Indirect Positive Effects

Indirect Positive Effects of Ethers Use


The use of ethers also entails positive indirect effects, arising from the dilution of other, less desirable, gasoline pool components—such as olefins, aromatics, sulfur, and benzene levels.

The extent of MTBE’s air quality benefits depends on various parameters, such as the percentage of blended MTBE, the presence of catalyst devices, the type and age of engine and the driving cycle. Nevertheless, there is general agreement in the industrial and scientific communities on broad values, as reported in the chart below.



MTBEand ETBE enable more complete fuel combustion 


  • Carbon monoxide: CO emission is reduced on average by at least the same percentage as MTBE content in gasoline.
  • Unburned hydrocarbons: For each 1 or 2% of MTBE, there is a 1% reduction in total HC emissions.
  • Particulate matter: It is estimated that each 1% of MTBE results in a 2 to 3% PM emission reduction.
  • Ozone: MTBE generates about half the ozone compared with iso/alkylates and one-tenth that of aromatics.
  • Benzene: It is estimated that, for each 1% of MTBE, there is an equivalent percentage reduction in benzene emissions, both evaporative and exhaust.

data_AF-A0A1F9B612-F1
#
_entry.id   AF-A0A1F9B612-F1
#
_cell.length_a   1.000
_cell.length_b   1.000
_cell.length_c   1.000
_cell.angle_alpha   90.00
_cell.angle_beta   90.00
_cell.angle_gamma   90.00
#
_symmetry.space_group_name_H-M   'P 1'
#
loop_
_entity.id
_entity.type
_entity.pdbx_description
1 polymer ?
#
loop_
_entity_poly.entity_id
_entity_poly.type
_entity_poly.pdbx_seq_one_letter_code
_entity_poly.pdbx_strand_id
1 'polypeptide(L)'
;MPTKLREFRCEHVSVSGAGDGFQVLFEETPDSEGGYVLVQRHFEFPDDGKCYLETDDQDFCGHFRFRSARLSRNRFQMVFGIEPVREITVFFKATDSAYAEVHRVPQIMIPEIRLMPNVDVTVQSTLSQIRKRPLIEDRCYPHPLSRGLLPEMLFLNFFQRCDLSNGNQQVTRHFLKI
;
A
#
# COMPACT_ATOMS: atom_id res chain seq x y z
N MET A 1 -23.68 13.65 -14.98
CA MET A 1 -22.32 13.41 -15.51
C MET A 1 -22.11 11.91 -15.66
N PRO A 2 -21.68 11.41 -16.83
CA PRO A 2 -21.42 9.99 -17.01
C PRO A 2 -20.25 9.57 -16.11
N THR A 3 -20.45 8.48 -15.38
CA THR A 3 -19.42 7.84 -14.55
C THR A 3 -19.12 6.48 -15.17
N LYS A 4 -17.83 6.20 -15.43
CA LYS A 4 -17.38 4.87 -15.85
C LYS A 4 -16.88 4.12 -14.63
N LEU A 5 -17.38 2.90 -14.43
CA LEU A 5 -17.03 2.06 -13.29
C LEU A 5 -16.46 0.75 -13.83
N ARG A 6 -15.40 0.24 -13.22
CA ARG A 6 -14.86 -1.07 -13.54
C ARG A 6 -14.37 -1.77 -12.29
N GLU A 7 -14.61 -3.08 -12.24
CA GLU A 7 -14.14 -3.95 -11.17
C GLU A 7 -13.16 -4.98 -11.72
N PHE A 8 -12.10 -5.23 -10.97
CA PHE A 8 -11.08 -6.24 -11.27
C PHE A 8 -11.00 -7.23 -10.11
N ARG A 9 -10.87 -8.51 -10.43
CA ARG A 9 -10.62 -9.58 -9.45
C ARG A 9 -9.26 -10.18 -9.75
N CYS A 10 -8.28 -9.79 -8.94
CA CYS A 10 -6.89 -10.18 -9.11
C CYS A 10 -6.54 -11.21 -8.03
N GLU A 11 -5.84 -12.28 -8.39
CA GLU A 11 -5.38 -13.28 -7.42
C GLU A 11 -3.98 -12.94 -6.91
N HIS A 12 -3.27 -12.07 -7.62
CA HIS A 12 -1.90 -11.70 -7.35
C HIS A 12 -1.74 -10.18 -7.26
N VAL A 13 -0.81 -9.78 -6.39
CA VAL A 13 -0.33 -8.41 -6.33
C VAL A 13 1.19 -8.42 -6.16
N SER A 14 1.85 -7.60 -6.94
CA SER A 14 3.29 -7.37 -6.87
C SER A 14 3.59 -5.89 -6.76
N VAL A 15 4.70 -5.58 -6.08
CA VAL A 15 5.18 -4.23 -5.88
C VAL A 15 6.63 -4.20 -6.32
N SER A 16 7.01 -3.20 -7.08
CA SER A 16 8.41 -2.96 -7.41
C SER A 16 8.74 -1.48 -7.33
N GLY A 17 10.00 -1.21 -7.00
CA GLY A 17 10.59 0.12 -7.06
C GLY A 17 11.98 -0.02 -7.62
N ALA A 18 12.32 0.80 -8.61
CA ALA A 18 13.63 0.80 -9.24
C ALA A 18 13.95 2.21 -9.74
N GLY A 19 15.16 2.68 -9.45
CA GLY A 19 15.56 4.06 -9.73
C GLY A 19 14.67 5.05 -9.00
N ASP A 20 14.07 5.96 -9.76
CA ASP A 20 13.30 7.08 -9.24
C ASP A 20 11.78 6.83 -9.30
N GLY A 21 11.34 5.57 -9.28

• Olefins: MTBE displays low vapour pressure and low volatility compared to olefins. Converting olefins to MTBE in the refinery removes some of the most reactive and volatile components from the gasoline pool.
  • Lead: MTBE is an effective substitute for lead, a toxic compound that has been phased out in most parts of the world.

Source: EFOA, MTBE resource guide


Moreover, as an example of the potential air quality benefits of MTBE, the following significant reductions of pollutants have been achieved through the use of reformulated gasoline containing 10-15% MTBE, compared to conventional gasoline:

  • 20-25 % less carbon monoxide
  • 10-15% less unburned hydrocarbons
  • About 30% less particulate matter
  • 20-30% less benzene
  • 5% less nitrogen oxides
  • 15% less evaporative emissions
  • Reduction of ground-level ozone

Source: EFOA, MTBE resource guide

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